National MS Society Ambassador Jackie Waldman was living the "perfect life" with three healthy children, a loving husband and a thriving business when in 1991 she discovered she had multiple sclerosis. Instead of dwelling on her physical pain, she used that energy to begin a new career in volunteerism. Jackie co-founded Dallas' Random Acts of Kindness™ Week.
Waldman is the author of five books; The Courage to Give, Teens with the Courage to Give, America, September 11th: The Courage to Give, Teachers with the Courage to Give, Conari Press, and her latest book People with MS with The Courage to Give, published by RedWheel Weiser with royalties being donated by Jackie to the Society. Waldman inspires others to give through volunteering — no matter what — and to discover that, they too, can triumph over tragedy to make a difference in the world. Jackie's fresh insights and engaging literary style led to an invitation for her to be on Oprah! Jackie was also chosen by CNN as one of their Millennium Heroes.
Having MS has made Jackie realize that what really matters in life is not what happens to us — it's what we do with it. It's about having the courage to give. Having MS has given her the courage to go out and do what she was meant to do in life — to share her message about the power of giving. And today she finds her life has never been better.
Jackie first met her husband and life long companion, Steve when she was fourteen. Six years later, they were married in their senior year of college. After graduating from University of Texas in Austin, they moved back to Dallas, where Steve joined his family's business and Jackie worked as a special needs teacher. She later resigned to be a full time mom to her three children, Melissa, Todd, and Michael. Jackie's life became a tapestry of soccer games, gymnastics, school plays, and family gatherings. She jogged three to five miles a day. As her children got older, she started her own hair accessory business-Bow Jangles. Before long, Jackie had 25 employees and 25 sales reps, and found herself juggling a growing business and active family life. She thought she had everything she ever wanted.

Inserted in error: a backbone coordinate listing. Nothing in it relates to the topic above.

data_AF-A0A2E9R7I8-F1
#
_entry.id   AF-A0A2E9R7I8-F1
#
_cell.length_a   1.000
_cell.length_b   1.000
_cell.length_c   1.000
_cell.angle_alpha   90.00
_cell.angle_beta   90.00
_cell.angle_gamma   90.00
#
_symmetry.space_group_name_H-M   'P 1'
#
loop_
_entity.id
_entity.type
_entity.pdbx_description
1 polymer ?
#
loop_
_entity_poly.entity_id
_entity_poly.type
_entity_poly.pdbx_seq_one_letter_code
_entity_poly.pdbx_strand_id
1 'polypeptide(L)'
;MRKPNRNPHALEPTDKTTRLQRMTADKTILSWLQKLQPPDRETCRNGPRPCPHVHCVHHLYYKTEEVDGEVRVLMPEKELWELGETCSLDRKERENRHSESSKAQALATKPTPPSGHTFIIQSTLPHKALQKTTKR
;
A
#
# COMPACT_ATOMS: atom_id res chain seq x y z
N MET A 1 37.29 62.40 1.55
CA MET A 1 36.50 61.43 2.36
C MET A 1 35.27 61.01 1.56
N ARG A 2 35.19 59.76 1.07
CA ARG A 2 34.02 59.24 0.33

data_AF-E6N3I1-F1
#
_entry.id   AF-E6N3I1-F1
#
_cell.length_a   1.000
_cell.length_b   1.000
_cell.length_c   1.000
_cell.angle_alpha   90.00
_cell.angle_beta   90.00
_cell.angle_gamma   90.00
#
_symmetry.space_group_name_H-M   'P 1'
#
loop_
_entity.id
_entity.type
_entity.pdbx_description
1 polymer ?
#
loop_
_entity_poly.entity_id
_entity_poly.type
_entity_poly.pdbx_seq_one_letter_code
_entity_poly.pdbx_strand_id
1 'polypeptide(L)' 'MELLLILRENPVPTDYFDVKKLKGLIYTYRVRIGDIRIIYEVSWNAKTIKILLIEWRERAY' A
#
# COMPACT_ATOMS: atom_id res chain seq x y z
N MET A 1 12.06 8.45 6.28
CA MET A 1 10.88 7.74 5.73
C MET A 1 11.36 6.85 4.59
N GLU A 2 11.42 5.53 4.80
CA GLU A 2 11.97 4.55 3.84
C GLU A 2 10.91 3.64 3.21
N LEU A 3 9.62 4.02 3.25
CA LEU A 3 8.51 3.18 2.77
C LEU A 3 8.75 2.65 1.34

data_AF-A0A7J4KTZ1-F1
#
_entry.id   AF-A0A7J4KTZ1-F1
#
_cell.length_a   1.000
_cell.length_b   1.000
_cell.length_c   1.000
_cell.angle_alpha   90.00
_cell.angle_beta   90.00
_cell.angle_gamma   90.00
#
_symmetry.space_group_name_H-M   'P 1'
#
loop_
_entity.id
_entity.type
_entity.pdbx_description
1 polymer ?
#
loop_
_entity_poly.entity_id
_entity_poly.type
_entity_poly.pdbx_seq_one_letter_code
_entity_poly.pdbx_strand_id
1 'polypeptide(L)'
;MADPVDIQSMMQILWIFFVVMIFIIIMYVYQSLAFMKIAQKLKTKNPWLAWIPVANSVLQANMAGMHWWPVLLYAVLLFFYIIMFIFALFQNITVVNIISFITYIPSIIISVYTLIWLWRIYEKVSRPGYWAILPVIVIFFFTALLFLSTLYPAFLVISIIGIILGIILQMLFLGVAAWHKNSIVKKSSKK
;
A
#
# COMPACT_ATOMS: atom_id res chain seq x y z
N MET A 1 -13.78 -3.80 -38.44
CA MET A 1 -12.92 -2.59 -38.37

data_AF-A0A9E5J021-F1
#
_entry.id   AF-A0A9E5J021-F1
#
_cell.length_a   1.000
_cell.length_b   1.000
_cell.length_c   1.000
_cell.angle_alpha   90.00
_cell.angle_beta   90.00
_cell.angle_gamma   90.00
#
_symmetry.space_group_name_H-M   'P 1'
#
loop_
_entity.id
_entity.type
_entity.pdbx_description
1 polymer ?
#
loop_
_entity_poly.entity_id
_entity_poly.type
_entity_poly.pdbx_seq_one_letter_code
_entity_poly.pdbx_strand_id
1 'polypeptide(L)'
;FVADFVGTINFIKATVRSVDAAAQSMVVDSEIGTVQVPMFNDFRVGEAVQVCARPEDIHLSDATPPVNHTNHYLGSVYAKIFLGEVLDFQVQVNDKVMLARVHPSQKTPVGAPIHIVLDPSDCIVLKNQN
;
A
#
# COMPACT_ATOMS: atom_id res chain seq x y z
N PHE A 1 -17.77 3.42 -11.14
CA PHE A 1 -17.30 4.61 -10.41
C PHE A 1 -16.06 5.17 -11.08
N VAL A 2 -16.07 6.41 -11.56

It was around that time she felt a strange tingling sensation around her waist, which she at first thought she was imagining. But when the tingling progressed down her torso to her toes and her legs became numb, she sought medical help. After MRIs and a spinal tap, the verdict was in. On July 12, 1991 Jackie was diagnosed with multiple sclerosis. On that day, her life changed forever. She was sad, angry, and scared. Was this disease payback for the great life she was living?
In 1991, there were no disease modifying drugs available yet, so Jackie's physician turned to the traditional treatment of the day steroids in an effort to stem her attack. When she continued to worsen, her physician took one of the most radical intervention therapies of the day, Cytoxin or chemotherapy. After three treatments, the attack was stopped. But, in the process, she lost her hair and self-esteem and for the next five years, she did nothing to help herself.
There were days when she didn't get out of bed. Sometimes she would even lie there resenting any happiness around her. When Steve played the piano and the kids sang, it often made her angry. Then she would feel guilty for wanting anything but happiness for the people she loved. Jackie was filled with self doubt whether her husband and children could still love her. Before she got sick, she and Steve loved to dance. Now, her legs were so weak, she could barely get out of bed without getting tired. She wasn't able to work anymore so her business folded. By 1996, she was in a motorized scooter, bitter and hating her life. She was at her lowest point.